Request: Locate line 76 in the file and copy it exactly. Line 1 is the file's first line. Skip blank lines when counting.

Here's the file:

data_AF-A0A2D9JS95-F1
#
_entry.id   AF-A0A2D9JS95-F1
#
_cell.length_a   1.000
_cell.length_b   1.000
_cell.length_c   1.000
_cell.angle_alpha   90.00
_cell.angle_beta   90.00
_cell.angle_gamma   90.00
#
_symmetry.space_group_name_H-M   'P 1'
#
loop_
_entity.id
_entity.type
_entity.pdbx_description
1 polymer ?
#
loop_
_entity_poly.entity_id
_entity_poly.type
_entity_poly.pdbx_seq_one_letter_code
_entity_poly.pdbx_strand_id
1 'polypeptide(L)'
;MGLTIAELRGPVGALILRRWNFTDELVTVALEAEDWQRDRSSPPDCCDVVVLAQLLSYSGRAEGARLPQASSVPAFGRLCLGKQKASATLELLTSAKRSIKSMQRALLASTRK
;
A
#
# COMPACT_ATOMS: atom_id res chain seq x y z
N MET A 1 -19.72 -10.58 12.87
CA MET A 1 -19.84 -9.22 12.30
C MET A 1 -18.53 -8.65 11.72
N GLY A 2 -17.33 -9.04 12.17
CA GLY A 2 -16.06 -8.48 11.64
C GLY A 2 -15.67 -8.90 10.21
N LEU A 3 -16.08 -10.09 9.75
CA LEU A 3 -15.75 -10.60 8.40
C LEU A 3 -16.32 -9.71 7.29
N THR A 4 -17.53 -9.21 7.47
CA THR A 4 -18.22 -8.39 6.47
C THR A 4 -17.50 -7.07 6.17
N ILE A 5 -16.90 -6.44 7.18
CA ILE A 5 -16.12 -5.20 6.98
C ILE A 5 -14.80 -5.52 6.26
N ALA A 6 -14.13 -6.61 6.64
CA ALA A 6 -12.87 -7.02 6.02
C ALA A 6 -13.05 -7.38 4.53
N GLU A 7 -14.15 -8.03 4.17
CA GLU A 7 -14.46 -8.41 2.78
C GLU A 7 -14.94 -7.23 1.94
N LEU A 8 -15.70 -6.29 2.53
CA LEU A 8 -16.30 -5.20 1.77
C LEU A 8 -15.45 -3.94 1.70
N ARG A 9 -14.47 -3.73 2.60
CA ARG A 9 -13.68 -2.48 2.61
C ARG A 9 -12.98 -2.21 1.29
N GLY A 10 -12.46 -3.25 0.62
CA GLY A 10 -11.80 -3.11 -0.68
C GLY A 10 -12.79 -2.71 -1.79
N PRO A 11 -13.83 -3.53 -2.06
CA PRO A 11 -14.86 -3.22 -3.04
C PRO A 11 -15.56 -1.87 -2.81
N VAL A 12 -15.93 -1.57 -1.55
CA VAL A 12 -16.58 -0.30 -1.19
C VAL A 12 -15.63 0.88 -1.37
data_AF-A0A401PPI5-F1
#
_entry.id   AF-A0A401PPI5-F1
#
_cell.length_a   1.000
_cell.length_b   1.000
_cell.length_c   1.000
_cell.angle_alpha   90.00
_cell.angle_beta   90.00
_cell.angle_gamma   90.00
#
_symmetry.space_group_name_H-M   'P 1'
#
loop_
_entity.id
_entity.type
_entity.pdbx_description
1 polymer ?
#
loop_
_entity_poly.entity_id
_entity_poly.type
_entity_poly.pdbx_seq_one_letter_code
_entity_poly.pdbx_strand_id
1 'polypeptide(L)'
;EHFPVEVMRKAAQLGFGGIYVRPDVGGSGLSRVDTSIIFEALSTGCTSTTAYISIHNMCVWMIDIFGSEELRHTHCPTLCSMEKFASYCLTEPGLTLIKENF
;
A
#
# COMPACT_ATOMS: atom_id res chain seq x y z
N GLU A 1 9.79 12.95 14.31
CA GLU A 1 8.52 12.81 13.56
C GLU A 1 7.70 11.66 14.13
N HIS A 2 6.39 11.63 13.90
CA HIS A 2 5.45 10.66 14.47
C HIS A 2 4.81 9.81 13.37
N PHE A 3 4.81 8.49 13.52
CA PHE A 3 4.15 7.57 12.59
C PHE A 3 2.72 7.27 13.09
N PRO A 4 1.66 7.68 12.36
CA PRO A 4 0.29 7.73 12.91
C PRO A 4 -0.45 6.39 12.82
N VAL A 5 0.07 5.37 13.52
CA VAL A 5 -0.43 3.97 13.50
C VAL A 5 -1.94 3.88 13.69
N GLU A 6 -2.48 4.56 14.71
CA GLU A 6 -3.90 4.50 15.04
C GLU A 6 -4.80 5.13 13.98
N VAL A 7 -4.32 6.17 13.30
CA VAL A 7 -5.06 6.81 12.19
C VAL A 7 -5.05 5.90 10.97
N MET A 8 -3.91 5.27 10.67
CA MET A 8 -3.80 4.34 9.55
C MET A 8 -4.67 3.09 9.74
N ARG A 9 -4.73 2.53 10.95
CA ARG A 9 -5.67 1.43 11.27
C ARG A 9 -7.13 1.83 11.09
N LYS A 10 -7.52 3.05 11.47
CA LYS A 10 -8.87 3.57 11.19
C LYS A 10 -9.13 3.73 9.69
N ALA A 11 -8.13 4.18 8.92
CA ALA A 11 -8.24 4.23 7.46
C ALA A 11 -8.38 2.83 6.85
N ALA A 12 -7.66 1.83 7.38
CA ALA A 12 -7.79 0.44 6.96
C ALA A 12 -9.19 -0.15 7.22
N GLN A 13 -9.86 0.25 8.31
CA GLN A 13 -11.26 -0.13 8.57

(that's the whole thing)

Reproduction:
_cell.angle_gamma   90.00